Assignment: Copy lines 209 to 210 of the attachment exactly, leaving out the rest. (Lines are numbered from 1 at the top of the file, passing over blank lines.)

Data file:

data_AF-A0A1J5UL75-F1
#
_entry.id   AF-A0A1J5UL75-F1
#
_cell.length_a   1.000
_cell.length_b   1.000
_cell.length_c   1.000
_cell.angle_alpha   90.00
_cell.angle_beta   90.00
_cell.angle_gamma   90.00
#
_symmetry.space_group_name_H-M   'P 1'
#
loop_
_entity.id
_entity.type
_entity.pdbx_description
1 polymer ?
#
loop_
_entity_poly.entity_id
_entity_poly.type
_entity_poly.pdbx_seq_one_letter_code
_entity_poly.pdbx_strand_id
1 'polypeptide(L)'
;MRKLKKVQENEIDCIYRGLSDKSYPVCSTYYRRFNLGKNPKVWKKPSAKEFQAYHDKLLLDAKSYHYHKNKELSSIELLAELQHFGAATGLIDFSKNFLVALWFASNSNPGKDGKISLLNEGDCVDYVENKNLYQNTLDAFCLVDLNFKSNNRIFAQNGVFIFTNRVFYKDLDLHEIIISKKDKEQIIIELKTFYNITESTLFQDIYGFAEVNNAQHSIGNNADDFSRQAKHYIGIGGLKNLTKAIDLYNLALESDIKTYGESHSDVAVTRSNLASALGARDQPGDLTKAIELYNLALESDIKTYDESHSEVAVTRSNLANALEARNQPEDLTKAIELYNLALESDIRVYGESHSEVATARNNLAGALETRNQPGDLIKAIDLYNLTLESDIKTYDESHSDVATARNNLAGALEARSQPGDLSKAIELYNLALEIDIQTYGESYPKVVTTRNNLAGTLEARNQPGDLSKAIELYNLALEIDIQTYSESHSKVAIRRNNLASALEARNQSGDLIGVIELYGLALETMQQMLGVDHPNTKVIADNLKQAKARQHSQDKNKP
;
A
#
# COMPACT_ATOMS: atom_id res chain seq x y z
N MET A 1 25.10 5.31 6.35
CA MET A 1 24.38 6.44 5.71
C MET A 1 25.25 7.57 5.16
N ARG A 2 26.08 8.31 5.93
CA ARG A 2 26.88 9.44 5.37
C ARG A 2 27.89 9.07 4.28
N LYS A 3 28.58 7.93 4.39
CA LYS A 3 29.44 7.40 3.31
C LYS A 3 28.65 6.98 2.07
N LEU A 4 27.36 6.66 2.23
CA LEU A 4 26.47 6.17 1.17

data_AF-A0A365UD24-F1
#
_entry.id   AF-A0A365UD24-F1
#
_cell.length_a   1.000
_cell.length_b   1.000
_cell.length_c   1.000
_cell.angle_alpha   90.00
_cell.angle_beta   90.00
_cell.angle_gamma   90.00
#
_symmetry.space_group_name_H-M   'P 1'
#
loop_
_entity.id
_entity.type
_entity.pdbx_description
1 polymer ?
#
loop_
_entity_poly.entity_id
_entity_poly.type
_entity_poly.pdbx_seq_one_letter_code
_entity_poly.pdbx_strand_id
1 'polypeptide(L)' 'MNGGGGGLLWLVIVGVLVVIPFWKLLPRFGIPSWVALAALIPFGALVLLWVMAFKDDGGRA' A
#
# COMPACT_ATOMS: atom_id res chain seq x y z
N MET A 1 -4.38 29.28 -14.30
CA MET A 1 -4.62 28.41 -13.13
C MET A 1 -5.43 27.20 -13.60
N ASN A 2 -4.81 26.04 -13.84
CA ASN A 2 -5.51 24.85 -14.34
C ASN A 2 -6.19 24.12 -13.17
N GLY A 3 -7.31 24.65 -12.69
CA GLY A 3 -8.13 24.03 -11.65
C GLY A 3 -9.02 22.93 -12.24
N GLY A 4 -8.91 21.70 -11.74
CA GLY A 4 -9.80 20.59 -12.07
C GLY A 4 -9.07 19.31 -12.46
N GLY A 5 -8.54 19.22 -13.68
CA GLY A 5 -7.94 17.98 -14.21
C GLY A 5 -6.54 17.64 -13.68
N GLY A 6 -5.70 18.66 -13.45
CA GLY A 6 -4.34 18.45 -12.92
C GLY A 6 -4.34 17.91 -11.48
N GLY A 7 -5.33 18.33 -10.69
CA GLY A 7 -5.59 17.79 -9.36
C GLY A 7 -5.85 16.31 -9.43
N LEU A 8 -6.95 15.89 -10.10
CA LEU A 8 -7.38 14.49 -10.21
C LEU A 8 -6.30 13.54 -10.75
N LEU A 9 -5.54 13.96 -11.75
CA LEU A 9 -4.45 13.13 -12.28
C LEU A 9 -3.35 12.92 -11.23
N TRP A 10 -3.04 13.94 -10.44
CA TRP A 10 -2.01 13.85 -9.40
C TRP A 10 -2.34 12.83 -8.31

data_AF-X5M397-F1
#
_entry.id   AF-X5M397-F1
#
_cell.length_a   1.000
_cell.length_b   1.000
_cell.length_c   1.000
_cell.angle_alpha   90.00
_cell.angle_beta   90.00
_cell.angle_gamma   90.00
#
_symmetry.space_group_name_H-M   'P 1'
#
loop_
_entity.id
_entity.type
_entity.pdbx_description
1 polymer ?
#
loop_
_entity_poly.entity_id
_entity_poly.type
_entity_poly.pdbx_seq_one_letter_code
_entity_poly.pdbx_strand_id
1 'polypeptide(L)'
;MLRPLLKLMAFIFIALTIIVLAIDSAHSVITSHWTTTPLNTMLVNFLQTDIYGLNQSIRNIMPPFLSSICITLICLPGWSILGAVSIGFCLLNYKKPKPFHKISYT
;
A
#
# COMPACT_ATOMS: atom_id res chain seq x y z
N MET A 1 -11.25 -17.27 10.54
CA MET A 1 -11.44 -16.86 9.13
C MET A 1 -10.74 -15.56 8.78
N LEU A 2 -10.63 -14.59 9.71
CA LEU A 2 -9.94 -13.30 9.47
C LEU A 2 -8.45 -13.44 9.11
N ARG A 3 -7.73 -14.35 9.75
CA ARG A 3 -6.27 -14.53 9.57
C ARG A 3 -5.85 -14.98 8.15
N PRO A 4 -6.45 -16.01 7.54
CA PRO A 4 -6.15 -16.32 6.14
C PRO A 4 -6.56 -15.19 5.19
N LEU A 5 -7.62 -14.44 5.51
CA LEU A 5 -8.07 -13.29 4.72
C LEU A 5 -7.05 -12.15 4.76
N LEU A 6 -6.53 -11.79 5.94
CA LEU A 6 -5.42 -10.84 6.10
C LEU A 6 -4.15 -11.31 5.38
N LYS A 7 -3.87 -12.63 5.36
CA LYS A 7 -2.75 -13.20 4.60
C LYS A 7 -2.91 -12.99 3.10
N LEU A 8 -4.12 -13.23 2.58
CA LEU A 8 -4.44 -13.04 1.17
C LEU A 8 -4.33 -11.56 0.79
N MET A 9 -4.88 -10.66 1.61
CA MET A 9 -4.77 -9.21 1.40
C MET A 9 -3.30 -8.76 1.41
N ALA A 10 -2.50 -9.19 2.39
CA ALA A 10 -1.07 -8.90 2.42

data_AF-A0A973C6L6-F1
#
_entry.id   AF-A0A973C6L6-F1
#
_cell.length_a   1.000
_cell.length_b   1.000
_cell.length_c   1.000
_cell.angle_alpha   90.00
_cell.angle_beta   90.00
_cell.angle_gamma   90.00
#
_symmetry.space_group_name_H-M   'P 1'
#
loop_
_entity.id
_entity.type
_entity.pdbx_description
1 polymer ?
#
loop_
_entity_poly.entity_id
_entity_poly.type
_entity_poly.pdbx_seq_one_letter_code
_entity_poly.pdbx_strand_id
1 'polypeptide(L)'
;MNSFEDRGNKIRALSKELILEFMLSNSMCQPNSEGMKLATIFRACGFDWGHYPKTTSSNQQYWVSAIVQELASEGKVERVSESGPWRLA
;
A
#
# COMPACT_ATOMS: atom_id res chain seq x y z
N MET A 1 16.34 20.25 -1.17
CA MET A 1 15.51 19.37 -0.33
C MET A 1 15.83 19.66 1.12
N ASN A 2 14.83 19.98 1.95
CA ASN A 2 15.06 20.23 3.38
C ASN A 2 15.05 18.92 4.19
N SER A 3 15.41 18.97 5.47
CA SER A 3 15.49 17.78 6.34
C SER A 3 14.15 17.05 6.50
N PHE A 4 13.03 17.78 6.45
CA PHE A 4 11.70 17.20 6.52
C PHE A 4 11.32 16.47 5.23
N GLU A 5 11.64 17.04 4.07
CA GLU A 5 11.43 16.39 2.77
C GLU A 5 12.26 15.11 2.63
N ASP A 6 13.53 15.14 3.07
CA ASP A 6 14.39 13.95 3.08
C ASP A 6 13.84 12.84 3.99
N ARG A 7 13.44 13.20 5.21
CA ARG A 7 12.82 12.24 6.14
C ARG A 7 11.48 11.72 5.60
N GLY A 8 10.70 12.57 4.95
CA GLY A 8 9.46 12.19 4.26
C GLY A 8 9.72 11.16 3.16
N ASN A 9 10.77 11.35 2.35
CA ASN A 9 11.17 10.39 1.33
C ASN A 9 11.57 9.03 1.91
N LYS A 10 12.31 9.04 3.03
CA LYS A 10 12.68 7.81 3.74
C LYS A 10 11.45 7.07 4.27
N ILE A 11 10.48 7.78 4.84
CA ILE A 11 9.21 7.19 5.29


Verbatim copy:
N GLY A 8 10.70 12.57 4.95
CA GLY A 8 9.46 12.19 4.26